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Strike in space? How astronauts ‘rebelled’ against NASA

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Kamal Saini
Kamal S. has been Journalist and Writer for Business, Hardware and Gadgets at Revyuh.com since 2018. He deals with B2b, Funding, Blockchain, Law, IT security, privacy, surveillance, digital self-defense and network policy. As part of his studies of political science, sociology and law, he researched the impact of technology on human coexistence. Email: kamal (at) revyuh (dot) com

On December 28, 1973, three astronauts aboard the Skylab spacecraft stopped responding to NASA’s control center. Then the mission participants, tired from the excessive workload, negotiated a more relaxed daily routine. These events have been described by some media as the “first space strike”.

The third manned mission to the Skylab space laboratory known as Skylab 4 was launched and reached Earth orbit on November 16, 1973. The crew consisted of three astronauts: Gerald Carr, Edward Gibson, and William Pogue. The objective of the mission was to carry out several experiments under microgravity conditions.

The Skylab space lab was designed precisely for teams of three. During its period in orbit, between 1973 and 1979, Skylab hosted three manned missions. Each new mission to Skylab outlasted the previous one: the first, Skylab 2, lasted 28 days, while the second, Skylab 3, lasted twice as long as the previous one, 60 days.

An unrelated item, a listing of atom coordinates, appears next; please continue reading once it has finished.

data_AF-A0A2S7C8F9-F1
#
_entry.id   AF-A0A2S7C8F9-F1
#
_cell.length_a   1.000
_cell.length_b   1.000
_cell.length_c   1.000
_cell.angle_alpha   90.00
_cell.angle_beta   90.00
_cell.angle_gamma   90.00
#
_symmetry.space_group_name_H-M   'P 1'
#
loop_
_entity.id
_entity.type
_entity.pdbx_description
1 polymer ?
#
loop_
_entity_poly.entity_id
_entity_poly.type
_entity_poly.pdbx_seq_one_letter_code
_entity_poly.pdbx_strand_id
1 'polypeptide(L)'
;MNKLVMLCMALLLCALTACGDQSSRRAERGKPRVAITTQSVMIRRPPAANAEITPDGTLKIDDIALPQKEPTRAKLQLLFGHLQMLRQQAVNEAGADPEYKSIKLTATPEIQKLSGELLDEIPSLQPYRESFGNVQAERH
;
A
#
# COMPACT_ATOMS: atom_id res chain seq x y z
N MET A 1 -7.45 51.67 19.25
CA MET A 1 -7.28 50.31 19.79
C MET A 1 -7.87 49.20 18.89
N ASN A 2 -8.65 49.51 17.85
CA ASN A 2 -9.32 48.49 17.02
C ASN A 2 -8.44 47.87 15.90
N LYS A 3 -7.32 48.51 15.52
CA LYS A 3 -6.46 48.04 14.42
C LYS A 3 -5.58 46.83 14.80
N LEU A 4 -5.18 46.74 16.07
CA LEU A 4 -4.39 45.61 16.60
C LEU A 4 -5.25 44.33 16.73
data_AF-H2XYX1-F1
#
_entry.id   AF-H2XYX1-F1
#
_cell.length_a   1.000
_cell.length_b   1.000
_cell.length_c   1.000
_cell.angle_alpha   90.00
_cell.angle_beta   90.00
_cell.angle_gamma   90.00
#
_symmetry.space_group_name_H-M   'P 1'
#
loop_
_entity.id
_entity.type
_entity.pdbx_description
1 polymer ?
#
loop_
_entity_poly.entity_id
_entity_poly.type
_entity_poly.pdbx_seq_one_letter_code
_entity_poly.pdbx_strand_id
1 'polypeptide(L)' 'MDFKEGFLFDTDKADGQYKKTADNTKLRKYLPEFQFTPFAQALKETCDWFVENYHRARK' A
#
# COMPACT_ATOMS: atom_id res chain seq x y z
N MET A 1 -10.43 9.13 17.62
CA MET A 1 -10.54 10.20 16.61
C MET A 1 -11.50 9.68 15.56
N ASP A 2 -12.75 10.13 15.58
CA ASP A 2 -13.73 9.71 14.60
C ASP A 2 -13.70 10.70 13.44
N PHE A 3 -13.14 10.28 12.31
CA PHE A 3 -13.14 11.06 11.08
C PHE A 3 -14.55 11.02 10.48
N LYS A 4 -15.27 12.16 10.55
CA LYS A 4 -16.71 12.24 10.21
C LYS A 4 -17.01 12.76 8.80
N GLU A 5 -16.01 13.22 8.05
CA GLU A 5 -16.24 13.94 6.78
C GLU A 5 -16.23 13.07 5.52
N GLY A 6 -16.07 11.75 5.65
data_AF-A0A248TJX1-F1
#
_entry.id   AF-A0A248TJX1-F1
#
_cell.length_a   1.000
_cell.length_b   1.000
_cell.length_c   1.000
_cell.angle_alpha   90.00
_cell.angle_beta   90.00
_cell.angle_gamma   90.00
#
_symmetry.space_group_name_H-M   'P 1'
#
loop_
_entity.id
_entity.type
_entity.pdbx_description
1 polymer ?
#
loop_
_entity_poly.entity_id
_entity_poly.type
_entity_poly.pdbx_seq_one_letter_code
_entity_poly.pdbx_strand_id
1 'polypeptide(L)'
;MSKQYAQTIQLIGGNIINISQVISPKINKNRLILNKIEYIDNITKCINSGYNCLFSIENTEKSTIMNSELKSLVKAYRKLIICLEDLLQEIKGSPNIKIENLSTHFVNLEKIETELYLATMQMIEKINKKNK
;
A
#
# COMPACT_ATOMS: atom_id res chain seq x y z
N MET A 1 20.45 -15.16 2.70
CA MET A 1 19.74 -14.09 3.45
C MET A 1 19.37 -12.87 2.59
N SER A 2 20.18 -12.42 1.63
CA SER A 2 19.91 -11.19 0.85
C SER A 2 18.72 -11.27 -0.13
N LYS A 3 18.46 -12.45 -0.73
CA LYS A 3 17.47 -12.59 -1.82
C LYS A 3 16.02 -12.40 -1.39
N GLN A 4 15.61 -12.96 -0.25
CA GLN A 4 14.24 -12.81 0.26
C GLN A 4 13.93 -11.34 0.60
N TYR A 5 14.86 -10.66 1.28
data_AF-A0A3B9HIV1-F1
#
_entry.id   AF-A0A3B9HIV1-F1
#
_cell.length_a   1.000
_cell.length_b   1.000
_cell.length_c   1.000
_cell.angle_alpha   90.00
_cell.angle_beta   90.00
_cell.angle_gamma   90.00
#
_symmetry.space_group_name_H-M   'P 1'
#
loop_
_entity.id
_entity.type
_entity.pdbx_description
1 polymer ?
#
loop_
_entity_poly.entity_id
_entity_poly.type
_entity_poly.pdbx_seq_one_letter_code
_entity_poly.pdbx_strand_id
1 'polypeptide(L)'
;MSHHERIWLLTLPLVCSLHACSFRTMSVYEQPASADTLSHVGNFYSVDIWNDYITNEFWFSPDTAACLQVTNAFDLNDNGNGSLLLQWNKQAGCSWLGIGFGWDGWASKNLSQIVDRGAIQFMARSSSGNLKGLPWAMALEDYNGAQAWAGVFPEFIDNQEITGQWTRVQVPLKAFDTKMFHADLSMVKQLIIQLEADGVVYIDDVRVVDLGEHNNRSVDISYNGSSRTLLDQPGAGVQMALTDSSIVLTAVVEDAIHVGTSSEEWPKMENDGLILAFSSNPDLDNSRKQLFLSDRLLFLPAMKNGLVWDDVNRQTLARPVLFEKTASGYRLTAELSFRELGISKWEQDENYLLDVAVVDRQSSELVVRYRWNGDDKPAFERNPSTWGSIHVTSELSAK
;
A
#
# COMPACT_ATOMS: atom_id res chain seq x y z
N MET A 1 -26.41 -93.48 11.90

The longest-lasting was Skylab 4, which lasted 84 days and was marked by a curious incident linked to the enormous workload that fell on these American astronauts.

Right after the mission reached the orbiting laboratory, they received instructions to begin work. The ground control didn’t even give the astronauts time to get used to the conditions in space.

Previous missions had been given time to get used to microgravity. Compared to the members of the Skylab 3 mission, the Skylab 4 crew were in a sense rookies, so depriving them of a little sleep was not a logical step on the agency’s part.

Soon, William Pogue began to feel bad. The control reaction on the ground was more than inappropriate: it rebuked the Skylab 4 team for this fact, although the crew could in no way have predicted such an outcome. The agency began sending out huge lists of new instructions and new questions for astronauts.

Astronomical expenses

The three-astronaut team had to work 16-hour shifts and skip normal rest days during the first month of the mission to meet NASA’s demands.

Soon the crew members began to feel fatigued and could not do their job according to the schedule imposed by the agency. This did not improve the mood at NASA, as the mission was very expensive.

On December 28, 1973, during the sixth week of the mission, the Skylab crew did not attend the daily briefing, causing the loss of communication between the orbital laboratory and control on Earth for the period of a turn around orbit.

According to the official version, the team contacted Earth again for the time of the start of a new spin. The astronauts were only able to make contact with the controller only in specific parts of the orbit.

When information about the incident became known, the media began to spread the story claiming that the team had deliberately stopped responding to ground control by shutting down communication systems.